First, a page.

Kxng Izem is back with new single and music video titled Who helps people which lives up to its name in the delivery, the message and the visuals. The single brings Izem’s distinct neo reggae to meet dancehall and Afrobeat, with an uplifting and positive message, reflecting the current state of the world during the pandemic. It aims to express people’s thoughts and feelings, complemented by a moving music video shot in beautiful Portland, Jamaica and directed by Djuvane “Djuvii” Armstrong.
The song, produced by Ten24 Music and KaleX (Popcaan, D’Angel, Sizzla), was recorded at Fin Jam studio in Kingston. DancehallMag spoke with Kxng Izem about the track, accompanying the music video and his inspirations behind the music.
What is the driving force behind Who helps people positive and uplifting message?
In every situation, as difficult as it may seem, I always try to take advantage of it. I wanted to vocalize and amplify the feelings and complaints of the people I hear almost daily, but it was important for me to present them in a positive way rather than a sad one.
How important is it to you to convey positive messages in dancehall culture? Do you think it is well received?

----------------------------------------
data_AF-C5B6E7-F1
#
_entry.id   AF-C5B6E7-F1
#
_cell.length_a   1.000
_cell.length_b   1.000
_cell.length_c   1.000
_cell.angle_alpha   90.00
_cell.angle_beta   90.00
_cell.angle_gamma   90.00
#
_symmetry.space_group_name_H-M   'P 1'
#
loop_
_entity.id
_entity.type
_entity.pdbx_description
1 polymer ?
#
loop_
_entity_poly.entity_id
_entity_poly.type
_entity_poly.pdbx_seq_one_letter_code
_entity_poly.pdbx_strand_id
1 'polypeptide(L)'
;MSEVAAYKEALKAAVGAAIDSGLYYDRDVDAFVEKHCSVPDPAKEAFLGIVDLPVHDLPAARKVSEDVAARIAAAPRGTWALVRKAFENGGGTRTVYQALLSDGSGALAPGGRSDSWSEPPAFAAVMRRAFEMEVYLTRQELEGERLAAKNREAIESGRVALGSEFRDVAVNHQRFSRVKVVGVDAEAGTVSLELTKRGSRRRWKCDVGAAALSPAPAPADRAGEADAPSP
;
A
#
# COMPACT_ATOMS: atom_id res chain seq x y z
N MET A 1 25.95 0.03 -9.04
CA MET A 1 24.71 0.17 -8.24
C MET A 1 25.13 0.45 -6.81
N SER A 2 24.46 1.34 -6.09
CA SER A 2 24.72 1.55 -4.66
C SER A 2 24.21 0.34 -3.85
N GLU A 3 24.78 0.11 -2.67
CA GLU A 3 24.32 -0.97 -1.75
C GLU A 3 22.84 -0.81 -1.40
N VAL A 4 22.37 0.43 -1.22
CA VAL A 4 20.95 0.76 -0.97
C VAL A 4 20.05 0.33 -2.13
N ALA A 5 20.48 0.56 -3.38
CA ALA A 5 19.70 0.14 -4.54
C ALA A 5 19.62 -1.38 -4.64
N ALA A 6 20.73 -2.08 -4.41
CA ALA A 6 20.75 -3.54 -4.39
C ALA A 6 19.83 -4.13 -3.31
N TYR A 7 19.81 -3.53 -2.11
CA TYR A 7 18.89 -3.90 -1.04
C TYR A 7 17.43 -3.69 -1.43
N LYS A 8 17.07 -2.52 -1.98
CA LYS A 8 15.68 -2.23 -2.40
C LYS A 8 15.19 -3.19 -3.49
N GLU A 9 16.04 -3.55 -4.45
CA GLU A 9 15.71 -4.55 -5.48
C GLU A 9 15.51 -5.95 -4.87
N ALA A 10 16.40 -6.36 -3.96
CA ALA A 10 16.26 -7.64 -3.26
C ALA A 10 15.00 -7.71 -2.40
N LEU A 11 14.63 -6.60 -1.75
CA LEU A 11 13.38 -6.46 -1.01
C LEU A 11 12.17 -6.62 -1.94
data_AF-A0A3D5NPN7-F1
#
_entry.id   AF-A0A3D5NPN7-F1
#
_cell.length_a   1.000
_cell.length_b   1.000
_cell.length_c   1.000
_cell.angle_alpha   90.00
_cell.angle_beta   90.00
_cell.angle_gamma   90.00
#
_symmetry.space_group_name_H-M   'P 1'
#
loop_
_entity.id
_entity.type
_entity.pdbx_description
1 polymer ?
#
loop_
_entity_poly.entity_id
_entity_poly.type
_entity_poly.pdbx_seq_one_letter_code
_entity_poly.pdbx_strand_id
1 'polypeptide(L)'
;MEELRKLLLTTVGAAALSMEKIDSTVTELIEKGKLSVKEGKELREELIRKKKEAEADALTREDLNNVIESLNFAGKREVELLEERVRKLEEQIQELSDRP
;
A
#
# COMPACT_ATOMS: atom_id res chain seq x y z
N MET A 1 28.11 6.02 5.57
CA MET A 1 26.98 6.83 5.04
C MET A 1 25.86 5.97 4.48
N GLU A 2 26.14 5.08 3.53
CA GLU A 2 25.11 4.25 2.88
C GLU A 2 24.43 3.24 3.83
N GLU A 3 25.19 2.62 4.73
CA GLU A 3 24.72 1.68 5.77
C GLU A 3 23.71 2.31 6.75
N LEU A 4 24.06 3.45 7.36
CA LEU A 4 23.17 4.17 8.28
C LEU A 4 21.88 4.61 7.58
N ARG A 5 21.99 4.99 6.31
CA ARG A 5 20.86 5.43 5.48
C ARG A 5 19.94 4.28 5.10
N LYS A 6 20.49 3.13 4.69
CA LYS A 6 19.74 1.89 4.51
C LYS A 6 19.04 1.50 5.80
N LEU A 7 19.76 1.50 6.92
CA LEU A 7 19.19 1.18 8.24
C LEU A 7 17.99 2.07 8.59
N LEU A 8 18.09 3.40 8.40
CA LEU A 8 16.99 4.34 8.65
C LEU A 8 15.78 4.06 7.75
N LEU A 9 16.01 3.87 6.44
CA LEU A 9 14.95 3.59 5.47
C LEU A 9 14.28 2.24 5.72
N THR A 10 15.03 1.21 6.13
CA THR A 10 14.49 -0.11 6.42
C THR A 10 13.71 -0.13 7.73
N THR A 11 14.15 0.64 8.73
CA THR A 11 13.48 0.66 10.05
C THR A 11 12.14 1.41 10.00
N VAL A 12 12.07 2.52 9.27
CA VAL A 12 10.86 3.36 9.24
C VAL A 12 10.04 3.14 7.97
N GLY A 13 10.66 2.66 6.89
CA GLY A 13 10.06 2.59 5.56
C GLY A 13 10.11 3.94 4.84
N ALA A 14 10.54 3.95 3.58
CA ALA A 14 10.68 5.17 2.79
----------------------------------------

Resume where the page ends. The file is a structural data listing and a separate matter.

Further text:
This is more important than anything else because for every artist who sings positive messages in dancehall, there are a hundred who do the opposite. I always try to make the songs with a faster, more upbeat tempo so that they relate more to the sounds they already know.
The song has a neo-reggae / dancehall feel with an Afrobeats twist. What inspires this sound?
Music is something that speaks to your soul, everyone has something unique about them. It’s just for everyone to listen and welcome the inspiration as it presents itself. Aside from the fact that I’m intrigued by a wide variety of music, the sound comes naturally. I feel like I easily absorb my surroundings and the music reflects my behavior, my rhythm and the consciousness of people all over the world. To sum up It’s a sound reflection of pop culture and my Rastafarian lifestyle.
How was the filming of the video in Jamaica, given the current climate on the island?
To be honest, it was really fun and it almost made me nostalgic for better days before all this confusion. This was only my second time coming to Portland and the people greeted us and showed us only good vibes, filming on set was effortless as we received a lot of support and help. love and I liked working with the videographer “Djuvii”.
How do you hope people feel about this song and your music in general?
I portrayed people in a happy and positive way even though the song is about serious issues that affect us. I just hope everyone listening feels like their concerns have been voiced and they can dance and feel “Irie” at the end of the day no matter what the circumstances.
Press play on the new visuals to Who helps people above.